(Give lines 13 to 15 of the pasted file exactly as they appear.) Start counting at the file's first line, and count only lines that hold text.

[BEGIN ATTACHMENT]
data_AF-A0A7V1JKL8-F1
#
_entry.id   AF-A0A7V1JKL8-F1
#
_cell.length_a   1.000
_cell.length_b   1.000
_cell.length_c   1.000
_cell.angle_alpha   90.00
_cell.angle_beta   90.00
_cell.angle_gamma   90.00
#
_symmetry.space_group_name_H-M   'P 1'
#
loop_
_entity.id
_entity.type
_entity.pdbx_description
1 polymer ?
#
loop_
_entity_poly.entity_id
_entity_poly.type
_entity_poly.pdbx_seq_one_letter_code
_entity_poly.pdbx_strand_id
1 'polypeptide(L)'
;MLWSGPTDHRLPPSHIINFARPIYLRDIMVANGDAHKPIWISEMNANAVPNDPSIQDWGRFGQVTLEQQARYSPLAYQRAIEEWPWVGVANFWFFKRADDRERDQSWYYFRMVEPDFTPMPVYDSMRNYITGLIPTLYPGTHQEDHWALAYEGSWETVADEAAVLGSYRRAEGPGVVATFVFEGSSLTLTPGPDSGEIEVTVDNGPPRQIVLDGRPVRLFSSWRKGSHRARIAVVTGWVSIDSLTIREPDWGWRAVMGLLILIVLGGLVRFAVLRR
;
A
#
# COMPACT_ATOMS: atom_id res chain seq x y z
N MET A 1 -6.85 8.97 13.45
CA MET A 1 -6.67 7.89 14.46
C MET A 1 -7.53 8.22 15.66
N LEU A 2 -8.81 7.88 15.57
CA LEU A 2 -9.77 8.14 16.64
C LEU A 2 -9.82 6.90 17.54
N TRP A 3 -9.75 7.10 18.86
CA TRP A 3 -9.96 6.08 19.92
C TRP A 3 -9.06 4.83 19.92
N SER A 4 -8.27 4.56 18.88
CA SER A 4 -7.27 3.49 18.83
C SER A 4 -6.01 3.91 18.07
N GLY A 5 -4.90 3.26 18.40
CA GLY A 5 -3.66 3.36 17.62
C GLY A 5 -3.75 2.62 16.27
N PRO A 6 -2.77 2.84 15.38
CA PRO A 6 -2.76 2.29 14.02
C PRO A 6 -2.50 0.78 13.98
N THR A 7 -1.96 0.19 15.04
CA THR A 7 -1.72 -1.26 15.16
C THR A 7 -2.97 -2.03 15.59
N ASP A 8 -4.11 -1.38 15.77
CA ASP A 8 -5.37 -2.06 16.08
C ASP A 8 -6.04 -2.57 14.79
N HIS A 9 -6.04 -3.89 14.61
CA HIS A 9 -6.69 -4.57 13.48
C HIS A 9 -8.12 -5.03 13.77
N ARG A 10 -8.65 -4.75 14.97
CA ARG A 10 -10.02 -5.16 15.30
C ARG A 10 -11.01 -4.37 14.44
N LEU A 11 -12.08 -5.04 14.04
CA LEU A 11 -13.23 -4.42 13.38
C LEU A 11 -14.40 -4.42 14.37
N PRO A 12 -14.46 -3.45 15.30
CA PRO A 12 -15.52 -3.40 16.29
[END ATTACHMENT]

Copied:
#
loop_
_entity.id